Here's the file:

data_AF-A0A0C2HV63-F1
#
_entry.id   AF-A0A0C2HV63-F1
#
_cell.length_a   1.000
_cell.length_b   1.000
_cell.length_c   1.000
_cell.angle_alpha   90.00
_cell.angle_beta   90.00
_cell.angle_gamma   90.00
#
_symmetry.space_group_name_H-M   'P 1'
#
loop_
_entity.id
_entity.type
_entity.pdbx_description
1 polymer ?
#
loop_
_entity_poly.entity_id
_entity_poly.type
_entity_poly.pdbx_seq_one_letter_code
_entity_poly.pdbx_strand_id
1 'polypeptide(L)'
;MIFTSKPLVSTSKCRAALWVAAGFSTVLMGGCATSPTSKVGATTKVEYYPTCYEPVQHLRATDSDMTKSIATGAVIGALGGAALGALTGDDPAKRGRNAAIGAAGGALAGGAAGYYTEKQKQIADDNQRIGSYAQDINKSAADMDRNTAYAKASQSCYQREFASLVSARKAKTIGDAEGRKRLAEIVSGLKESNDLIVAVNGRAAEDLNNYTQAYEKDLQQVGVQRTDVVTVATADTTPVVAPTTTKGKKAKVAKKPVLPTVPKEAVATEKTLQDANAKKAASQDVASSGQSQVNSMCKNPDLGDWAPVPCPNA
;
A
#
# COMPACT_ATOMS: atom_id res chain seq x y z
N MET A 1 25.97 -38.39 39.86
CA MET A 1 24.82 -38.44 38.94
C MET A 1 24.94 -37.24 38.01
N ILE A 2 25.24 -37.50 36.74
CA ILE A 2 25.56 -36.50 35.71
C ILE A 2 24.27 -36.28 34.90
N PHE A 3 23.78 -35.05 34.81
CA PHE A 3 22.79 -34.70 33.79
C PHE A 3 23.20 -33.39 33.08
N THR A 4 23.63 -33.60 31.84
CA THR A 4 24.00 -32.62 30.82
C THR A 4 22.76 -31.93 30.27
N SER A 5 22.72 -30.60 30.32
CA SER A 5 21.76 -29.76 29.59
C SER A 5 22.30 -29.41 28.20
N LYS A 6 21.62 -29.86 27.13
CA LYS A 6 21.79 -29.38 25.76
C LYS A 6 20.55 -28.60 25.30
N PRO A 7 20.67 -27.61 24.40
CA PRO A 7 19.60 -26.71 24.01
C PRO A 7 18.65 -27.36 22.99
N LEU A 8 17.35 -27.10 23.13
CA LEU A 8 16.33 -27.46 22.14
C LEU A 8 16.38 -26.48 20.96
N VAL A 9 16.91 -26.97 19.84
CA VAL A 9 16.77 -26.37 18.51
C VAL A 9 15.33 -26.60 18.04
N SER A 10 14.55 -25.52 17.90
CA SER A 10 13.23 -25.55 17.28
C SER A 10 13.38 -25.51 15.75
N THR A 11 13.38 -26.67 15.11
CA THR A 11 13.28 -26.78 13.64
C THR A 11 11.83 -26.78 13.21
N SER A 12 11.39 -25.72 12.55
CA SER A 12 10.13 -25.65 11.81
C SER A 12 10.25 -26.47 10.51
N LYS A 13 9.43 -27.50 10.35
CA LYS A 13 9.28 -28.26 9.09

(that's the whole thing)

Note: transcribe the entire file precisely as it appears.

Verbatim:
data_AF-A0A0C2HV63-F1
#
_entry.id   AF-A0A0C2HV63-F1
#
_cell.length_a   1.000
_cell.length_b   1.000
_cell.length_c   1.000
_cell.angle_alpha   90.00
_cell.angle_beta   90.00
_cell.angle_gamma   90.00
#
_symmetry.space_group_name_H-M   'P 1'
#
loop_
_entity.id
_entity.type
_entity.pdbx_description
1 polymer ?
#
loop_
_entity_poly.entity_id
_entity_poly.type
_entity_poly.pdbx_seq_one_letter_code
_entity_poly.pdbx_strand_id
1 'polypeptide(L)'
;MIFTSKPLVSTSKCRAALWVAAGFSTVLMGGCATSPTSKVGATTKVEYYPTCYEPVQHLRATDSDMTKSIATGAVIGALGGAALGALTGDDPAKRGRNAAIGAAGGALAGGAAGYYTEKQKQIADDNQRIGSYAQDINKSAADMDRNTAYAKASQSCYQREFASLVSARKAKTIGDAEGRKRLAEIVSGLKESNDLIVAVNGRAAEDLNNYTQAYEKDLQQVGVQRTDVVTVATADTTPVVAPTTTKGKKAKVAKKPVLPTVPKEAVATEKTLQDANAKKAASQDVASSGQSQVNSMCKNPDLGDWAPVPCPNA
;
A
#
# COMPACT_ATOMS: atom_id res chain seq x y z
N MET A 1 25.97 -38.39 39.86
CA MET A 1 24.82 -38.44 38.94
C MET A 1 24.94 -37.24 38.01
N ILE A 2 25.24 -37.50 36.74
CA ILE A 2 25.56 -36.50 35.71
C ILE A 2 24.27 -36.28 34.90
N PHE A 3 23.78 -35.05 34.81
CA PHE A 3 22.79 -34.70 33.79
C PHE A 3 23.20 -33.39 33.08
N THR A 4 23.63 -33.60 31.84
CA THR A 4 24.00 -32.62 30.82
C THR A 4 22.76 -31.93 30.27
N SER A 5 22.72 -30.60 30.32
CA SER A 5 21.76 -29.76 29.59
C SER A 5 22.30 -29.41 28.20
N LYS A 6 21.62 -29.86 27.13
CA LYS A 6 21.79 -29.38 25.76
C LYS A 6 20.55 -28.60 25.30
N PRO A 7 20.67 -27.61 24.40
CA PRO A 7 19.60 -26.71 24.01
C PRO A 7 18.65 -27.36 22.99
N LEU A 8 17.35 -27.10 23.13
CA LEU A 8 16.33 -27.46 22.14
C LEU A 8 16.38 -26.48 20.96
N VAL A 9 16.91 -26.97 19.84
CA VAL A 9 16.77 -26.37 18.51
C VAL A 9 15.33 -26.60 18.04
N SER A 10 14.55 -25.52 17.90
CA SER A 10 13.23 -25.55 17.28
C SER A 10 13.38 -25.51 15.75
N THR A 11 13.38 -26.67 15.11
CA THR A 11 13.28 -26.78 13.64
C THR A 11 11.83 -26.78 13.21
N SER A 12 11.39 -25.72 12.55
CA SER A 12 10.13 -25.65 11.81
C SER A 12 10.25 -26.47 10.51
N LYS A 13 9.43 -27.50 10.35
CA LYS A 13 9.28 -28.26 9.09